Sharks’ Gut-Wrenching Loss Raises Familiar Playoff Questions

There were blown calls and questionable ones. There was a goal waved off and another upheld, both in controversial fashion. There was back and forth action, 111 minutes and 12 seconds filled with intensity that was every hockey fan’s dream and every Sharks and Predators fan’s nightmare. There were spectacular saves, shots ringing off the post, a three-overtime affair that was worth every second.

And in the end, as the goal horn sounded after Nashville’s Mike Fisher scored the game-winning goal at 1:03 a.m. Central Standard Time on Friday morning, there was just emptiness for the Sharks.

To be fair: the loser of a game that takes five hours and three extra sessions should feel empty — all the effort and sweat and toil spent for nothing. But for the Sharks, masters of creative ways to falter in the postseason, it seems especially cruel — cruel because instead of taking a commanding 3-1 series lead back to San Jose for a chance to earn their spot in hockey’s final four, they head home dragging, deflated and in a dogfight with a Predators’ team that has all the momentum.

Questionable Call Dooms Sharks

Maybe it just wasn’t meant to be. It just wouldn’t feel like a Sharks’ postseason if they just cakewalked through the first two rounds and zipped their way into the Western Conference Finals. A Sharks’ postseason is nerve-wracking, filled with pull-your-hair-out moments and four-letter words.

More than a few of those were uttered when Joe Pavelski thought he had won the game in the first overtime, pouncing on a rebound and tapping it into the net. But the referees waved it off, citing incidental contact as Pavelski was pushed into Pekka Rinne, preventing him from making the save. The counter-argument is clear: Pavelski was cross-checked from behind by Miikka Salomaki, with no way to keep his balance and avoid Rinne.

“The explanation,” Logan Couture told the Mercury News. “was that Pavs had time to stop. I’d like to know how you’re supposed to stop in a situation like that when someone is shoving you from behind.”

If the Sharks lose this series, that play, that shove, that non-goal will haunt Pavelski and the Sharks all summer. It’s as ambivalent as “incidental contact” can get — is it really “incidental contact” if a player is shoved into the goaltender by an opponent? Rinne was prevented from making the save, but it was at the fault of his own team.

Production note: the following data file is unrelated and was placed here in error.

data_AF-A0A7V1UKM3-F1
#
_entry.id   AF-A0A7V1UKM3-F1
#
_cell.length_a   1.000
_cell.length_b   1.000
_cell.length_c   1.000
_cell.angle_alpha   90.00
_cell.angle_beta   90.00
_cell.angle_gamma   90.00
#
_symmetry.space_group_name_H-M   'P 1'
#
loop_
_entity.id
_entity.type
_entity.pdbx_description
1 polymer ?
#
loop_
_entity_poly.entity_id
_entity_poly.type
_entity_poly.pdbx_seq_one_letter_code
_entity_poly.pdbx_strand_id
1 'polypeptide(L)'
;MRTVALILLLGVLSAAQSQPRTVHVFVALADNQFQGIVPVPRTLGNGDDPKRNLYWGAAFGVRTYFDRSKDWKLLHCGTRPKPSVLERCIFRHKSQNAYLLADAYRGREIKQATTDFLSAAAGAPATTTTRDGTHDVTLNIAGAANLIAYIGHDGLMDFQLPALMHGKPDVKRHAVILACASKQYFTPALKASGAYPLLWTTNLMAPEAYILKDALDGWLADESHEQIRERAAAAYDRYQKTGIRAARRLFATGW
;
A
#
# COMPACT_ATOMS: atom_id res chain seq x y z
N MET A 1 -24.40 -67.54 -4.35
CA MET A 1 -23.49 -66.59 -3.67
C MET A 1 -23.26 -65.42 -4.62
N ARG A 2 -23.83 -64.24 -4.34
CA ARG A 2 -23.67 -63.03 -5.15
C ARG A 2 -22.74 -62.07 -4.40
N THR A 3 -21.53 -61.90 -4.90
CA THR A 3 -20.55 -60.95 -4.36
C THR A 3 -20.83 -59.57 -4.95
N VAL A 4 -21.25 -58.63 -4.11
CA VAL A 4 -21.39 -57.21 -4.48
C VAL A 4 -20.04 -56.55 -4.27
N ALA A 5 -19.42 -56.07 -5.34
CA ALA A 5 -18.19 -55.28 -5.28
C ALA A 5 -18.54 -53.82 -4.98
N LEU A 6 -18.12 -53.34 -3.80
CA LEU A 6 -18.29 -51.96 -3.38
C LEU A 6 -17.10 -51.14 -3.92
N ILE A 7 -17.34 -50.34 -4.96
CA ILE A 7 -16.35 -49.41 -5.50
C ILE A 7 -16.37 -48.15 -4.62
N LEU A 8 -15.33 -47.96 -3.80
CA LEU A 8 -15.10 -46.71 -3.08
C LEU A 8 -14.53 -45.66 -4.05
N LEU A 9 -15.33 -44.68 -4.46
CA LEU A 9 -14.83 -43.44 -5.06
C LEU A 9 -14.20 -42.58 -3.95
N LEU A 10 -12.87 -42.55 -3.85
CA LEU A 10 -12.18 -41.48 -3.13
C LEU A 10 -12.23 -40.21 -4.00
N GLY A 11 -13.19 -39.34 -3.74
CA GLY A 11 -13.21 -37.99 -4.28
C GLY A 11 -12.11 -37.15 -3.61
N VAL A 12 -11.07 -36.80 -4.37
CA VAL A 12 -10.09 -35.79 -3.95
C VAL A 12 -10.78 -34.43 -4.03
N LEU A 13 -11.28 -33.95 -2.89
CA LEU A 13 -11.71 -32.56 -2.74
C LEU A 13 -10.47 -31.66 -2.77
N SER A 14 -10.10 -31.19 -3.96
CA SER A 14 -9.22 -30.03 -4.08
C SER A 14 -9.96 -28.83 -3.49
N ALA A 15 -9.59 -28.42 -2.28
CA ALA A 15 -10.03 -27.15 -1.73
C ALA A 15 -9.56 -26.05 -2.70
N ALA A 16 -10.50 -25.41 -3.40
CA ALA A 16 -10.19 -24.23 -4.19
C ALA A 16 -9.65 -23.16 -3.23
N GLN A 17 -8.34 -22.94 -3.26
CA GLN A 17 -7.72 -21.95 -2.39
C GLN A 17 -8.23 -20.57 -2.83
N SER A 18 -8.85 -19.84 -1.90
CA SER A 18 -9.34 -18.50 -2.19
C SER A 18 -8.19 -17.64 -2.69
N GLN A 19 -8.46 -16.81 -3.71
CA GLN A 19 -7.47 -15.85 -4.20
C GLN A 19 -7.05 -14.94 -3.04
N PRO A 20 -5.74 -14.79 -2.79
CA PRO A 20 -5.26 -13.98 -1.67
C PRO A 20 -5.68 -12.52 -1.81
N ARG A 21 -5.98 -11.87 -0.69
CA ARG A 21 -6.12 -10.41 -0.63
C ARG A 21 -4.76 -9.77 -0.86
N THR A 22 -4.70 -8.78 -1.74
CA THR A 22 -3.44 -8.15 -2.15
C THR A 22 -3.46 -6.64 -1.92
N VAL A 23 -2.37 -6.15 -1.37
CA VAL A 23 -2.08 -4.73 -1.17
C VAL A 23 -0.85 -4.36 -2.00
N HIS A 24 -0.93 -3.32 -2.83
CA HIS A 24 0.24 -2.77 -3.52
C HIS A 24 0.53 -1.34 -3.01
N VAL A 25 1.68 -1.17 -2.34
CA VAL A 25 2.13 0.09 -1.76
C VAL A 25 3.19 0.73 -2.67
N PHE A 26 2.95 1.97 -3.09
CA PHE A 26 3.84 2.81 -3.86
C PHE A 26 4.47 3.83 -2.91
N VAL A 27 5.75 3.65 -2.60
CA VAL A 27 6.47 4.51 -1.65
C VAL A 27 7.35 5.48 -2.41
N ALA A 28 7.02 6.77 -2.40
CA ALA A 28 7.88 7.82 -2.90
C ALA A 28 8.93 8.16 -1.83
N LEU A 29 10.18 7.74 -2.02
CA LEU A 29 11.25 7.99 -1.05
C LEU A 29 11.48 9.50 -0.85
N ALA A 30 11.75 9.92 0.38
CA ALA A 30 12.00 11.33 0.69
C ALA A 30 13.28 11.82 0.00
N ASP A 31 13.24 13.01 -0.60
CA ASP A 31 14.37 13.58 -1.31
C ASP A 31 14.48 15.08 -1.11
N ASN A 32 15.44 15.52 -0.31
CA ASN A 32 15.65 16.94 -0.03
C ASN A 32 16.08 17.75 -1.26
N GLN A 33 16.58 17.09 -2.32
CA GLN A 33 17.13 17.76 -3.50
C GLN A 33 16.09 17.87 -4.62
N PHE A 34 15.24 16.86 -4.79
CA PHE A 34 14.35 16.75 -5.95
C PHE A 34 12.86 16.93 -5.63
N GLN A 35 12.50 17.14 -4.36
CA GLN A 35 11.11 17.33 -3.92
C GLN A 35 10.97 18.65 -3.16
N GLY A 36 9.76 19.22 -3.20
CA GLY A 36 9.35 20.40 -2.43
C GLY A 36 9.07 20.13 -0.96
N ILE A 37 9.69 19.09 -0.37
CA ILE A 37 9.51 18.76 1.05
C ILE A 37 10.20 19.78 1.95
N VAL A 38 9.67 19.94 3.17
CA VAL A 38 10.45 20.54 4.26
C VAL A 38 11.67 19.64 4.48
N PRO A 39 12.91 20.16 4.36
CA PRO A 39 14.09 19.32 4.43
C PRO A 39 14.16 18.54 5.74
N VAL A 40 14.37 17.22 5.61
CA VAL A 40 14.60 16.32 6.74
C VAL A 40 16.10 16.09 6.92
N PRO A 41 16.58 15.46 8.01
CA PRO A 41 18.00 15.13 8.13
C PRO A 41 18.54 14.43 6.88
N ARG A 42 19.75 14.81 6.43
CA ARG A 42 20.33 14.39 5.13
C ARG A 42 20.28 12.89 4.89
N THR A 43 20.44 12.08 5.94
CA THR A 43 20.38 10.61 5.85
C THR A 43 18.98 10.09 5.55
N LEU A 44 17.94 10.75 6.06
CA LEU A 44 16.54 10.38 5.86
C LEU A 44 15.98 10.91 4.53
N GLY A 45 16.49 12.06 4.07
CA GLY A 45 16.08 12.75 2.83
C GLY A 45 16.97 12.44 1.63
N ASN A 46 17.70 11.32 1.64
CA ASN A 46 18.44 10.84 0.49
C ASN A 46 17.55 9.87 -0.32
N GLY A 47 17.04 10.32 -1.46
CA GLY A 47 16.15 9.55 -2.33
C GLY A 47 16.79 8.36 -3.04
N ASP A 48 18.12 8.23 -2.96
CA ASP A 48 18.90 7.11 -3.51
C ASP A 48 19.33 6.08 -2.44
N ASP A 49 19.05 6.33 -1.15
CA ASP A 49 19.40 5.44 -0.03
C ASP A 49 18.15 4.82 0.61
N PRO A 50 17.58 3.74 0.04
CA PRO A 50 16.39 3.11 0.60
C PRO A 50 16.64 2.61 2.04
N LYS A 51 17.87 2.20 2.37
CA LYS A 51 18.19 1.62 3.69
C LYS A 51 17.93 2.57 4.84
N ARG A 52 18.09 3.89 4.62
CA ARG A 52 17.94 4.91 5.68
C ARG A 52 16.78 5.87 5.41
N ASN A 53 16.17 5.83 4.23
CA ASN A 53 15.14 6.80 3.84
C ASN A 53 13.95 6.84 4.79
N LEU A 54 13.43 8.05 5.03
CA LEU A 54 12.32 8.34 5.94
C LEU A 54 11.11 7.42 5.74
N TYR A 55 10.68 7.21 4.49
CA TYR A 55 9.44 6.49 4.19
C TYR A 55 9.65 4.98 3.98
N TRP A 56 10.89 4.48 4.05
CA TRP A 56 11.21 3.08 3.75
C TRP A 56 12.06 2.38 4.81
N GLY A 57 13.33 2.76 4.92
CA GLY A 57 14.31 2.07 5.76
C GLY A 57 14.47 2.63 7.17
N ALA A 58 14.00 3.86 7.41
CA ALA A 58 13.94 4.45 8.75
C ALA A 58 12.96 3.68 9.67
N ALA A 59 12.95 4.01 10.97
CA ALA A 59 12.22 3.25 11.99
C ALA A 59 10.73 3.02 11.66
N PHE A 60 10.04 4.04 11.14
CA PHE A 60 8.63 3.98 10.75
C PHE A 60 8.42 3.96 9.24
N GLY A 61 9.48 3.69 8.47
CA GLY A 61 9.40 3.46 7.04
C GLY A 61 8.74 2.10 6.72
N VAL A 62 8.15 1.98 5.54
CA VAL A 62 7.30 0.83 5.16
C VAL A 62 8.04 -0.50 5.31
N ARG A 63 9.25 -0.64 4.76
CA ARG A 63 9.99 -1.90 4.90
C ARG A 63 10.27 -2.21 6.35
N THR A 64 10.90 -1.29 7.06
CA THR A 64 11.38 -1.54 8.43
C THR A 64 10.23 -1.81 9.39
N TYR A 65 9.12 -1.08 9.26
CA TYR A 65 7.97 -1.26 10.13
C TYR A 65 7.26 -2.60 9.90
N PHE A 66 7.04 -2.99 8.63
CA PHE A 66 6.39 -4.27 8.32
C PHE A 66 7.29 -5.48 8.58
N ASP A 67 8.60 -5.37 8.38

Nonetheless, Pavelski had his game-winner stripped and the Sharks trudged on.

They had their chances. Tomas Hertl was robbed twice by Rinne in the second overtime, where the Sharks outshot the Predators 11-4. Early in the third period, Patrick Marleau’s wraparound attempt early in the third overtime missed an open net by inches. Two power play opportunities — the latter coming eight minutes into the third overtime — fell by the wayside.

Shortly afterwards, Martin Jones saved the game with a tremendous save on a breakaway by Colin Wilson, laying out and just squeezing the puck between his pads. Jones made 41 saves on the night, a welcome-to-the-playoffs game for the first-year starter.

But it was not enough. If Jones has a weakness, it’s with shots that are aimed high. It bit him in the end, as he gave up a fat rebound on a high shot from Mattias Ekholm from the point, and Fisher made him pay.

Game 5 Will Be Crucial


Fisher and the Predators might be signing the tunes of Carrie Underwood on the flight to San Jose, but the Sharks might want to crank up the Beatles’ “Yesterday.” Now, the Sharks face their first real adversity of the postseason, with the series turning on its axis within a few overtime sessions. If this is truly a different Sharks’ team, one that is resilient under pressure, then they will win Game 5 and head back to Nashville with a chance at the clincher and redemption.

There are no participation ribbons in hockey. The Sharks have learned that throughout their rough playoff experiences, and Thursday night served as another reminder that even when you play your heart out, even when you deserve to win — heck, even if you think you’ve won — it just doesn’t happen.

Will the Sharks take a stand and say, “No mas” to their playoff misfortune? Or is this the harbinger of another disappointing postseason exit?

Game 5 will go a long ways toward finding those answers, but what we know for sure is that it wouldn’t be a Sharks’ postseason without those questions being asked.